Hear, hear. I get fed up of the fact that the only things reported about Kyrgyzstan are the ones which sock or amuse the West, be it bridenapping, sacrificing sheep in parliament or whatever. I get that these stories are more eye-catching and ‘appealing’ to western readers, but it’s of no benefit to anyone and paints such a distorted picture of the country.
Um….it isn’t just Kyrgyzstan. Most media stories in America are simplified rather than examined for complexities or subtleties…or, heaven forbid, conflicting realities. Look at the US political arena right now for a perfect example of simple sound bites over substance and thoughtfulness. That said, I think if one ignores the snarky commentary from the guy who made the Vice documentary, it is an interesting look at one specific bride kidnapping, where the bride and groom knew each other and were planning on getting married anyhow. I enjoyed some of the visuals of the wedding and the celebrations…
True, but in the US you have enough stories on everything, especially politics, that some reports do eventually expand on the issue, where stories about Kyrgyzstan rarely make it to a wider audience. I think Kyrgyz marriage traditions are interesting to observe, and they are much more varied than this one specific case. One of my photojournalism students from this past semester spent a day at a Kyrgyz wedding hall, photographing all of the different outfits and traditions and ways that the families celebrated, and it was a really interesting story overall.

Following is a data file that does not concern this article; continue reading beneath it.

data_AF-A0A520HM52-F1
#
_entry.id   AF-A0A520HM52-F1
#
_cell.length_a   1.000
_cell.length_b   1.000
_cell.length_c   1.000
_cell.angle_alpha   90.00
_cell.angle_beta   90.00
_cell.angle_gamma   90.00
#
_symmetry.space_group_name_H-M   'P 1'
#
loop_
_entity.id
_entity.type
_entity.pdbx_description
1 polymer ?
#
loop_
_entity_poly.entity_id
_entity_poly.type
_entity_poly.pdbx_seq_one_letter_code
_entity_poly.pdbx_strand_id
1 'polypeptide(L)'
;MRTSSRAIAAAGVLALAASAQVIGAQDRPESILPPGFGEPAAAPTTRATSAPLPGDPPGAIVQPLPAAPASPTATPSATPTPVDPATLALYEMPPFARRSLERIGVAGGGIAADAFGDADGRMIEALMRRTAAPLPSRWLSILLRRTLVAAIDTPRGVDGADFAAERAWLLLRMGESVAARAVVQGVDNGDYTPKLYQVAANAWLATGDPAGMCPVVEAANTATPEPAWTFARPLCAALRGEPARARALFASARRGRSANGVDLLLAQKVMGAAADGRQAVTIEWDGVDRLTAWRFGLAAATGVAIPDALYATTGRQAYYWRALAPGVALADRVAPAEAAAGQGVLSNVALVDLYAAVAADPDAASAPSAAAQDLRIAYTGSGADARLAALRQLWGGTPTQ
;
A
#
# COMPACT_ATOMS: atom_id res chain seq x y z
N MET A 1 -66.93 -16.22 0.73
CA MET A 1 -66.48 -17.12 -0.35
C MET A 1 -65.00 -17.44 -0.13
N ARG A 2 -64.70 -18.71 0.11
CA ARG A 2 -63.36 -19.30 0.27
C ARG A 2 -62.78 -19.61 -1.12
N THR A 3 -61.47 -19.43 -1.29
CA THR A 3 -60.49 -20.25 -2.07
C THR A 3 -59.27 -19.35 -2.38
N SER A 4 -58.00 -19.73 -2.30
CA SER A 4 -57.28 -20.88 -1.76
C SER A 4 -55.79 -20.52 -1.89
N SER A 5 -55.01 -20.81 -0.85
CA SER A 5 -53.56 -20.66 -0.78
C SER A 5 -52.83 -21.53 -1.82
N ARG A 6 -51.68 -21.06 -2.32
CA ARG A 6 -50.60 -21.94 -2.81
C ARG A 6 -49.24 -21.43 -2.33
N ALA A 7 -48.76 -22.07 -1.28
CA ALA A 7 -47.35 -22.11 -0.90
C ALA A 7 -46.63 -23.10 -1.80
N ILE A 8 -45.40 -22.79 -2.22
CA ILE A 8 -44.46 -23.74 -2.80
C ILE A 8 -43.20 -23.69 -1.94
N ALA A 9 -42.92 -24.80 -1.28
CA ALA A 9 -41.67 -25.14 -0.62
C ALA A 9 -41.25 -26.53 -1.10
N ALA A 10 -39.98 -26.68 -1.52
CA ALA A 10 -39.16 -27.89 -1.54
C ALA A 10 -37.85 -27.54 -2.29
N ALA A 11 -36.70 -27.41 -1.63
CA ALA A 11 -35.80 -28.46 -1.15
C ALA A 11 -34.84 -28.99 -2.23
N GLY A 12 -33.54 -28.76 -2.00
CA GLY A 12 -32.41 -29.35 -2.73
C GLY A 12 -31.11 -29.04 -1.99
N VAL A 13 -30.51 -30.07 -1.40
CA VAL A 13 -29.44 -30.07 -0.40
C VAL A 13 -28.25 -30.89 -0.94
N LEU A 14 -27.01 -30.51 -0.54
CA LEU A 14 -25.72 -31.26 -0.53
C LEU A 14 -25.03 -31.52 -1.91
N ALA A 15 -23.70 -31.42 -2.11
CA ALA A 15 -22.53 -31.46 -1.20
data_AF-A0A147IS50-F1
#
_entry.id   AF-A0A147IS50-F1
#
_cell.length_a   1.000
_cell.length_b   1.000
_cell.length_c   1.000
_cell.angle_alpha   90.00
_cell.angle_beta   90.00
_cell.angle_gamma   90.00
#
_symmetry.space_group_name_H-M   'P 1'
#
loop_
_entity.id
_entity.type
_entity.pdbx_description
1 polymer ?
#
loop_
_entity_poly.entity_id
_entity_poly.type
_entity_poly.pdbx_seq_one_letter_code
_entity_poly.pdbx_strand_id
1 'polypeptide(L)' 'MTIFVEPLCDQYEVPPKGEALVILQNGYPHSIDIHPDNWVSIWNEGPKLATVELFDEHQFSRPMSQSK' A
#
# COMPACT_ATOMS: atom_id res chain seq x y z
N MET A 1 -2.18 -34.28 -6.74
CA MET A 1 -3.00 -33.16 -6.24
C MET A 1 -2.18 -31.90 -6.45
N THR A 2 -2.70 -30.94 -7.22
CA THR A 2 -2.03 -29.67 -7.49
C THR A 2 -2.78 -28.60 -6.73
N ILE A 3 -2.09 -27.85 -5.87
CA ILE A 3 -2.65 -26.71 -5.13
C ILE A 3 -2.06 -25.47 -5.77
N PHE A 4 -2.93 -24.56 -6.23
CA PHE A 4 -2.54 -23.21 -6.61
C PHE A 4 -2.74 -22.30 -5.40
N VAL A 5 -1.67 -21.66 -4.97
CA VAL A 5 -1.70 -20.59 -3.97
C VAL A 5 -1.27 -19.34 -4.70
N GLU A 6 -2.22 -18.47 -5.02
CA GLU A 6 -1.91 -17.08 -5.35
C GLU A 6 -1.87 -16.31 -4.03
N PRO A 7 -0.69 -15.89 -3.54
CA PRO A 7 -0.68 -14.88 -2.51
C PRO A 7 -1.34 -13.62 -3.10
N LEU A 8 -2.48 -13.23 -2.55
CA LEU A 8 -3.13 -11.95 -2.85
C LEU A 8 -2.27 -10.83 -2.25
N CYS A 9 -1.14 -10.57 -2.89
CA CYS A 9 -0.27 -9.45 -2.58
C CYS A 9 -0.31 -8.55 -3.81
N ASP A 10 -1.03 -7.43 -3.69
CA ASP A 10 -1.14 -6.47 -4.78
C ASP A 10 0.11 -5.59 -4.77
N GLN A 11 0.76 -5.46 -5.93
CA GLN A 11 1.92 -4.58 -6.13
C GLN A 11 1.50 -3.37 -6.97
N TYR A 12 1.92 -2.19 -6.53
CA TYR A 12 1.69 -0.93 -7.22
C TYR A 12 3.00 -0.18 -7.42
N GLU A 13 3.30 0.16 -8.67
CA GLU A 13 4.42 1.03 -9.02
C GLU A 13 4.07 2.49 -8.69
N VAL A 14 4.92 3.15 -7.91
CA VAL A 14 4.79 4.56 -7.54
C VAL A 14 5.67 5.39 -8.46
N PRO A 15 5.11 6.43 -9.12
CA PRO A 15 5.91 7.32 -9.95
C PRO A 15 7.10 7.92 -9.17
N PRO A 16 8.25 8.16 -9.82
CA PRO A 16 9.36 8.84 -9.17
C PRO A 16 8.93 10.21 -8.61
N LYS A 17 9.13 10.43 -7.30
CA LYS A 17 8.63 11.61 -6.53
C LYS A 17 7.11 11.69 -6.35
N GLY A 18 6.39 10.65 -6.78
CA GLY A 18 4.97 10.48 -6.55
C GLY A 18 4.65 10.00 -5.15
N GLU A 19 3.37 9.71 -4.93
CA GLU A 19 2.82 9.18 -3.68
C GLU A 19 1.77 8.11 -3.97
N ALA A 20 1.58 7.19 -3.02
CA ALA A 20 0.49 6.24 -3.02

Is the topic of sheep slaughtering even a concern in comparison to KIDNAPPING?! Oh my jesus, how screwed are peoples’ value systems?! I could care less that they slit the stupid sheep’s neck open. This act isn’t nearly as terrifying as when you compare it to your fellow “man” kidnapping you into some obscure vehicle and transporting you against your will to an unknown location, where your LIFE is about to flipped a full 180 degrees. Ancient traditions aside, this practice is ridiculous. Terrence McKenna said it best, “Culture is NOT your friend.” The moment you attach yourself to a “tradition” and or “ideology,” is the moment you relinquish all self reflection onto others and in turn limit yourself from becoming unique. Congratulations Kyrgyzstan, you’re now one of the sheeple.
Everybody has cultures and traditions and ideologies though, you can’t escape it. I think to write off all cultures because of the parts we disagree with closes us off to all of the other interesting and fascinating traditions out there, and that’s a big part of what I was trying to get at with this post; Kyrgyzstan’s culture is soooo much more than bride napping, so whatever your view point on this one small sliver of Kyrgyz culture (which is something that not everybody in Kyrgyzstan agrees with or practices), it shouldn’t be the one thing that defines Kyrgyzstan for you, because then you’ll miss out on everything else about Kyrgyzstan that doesn’t suck.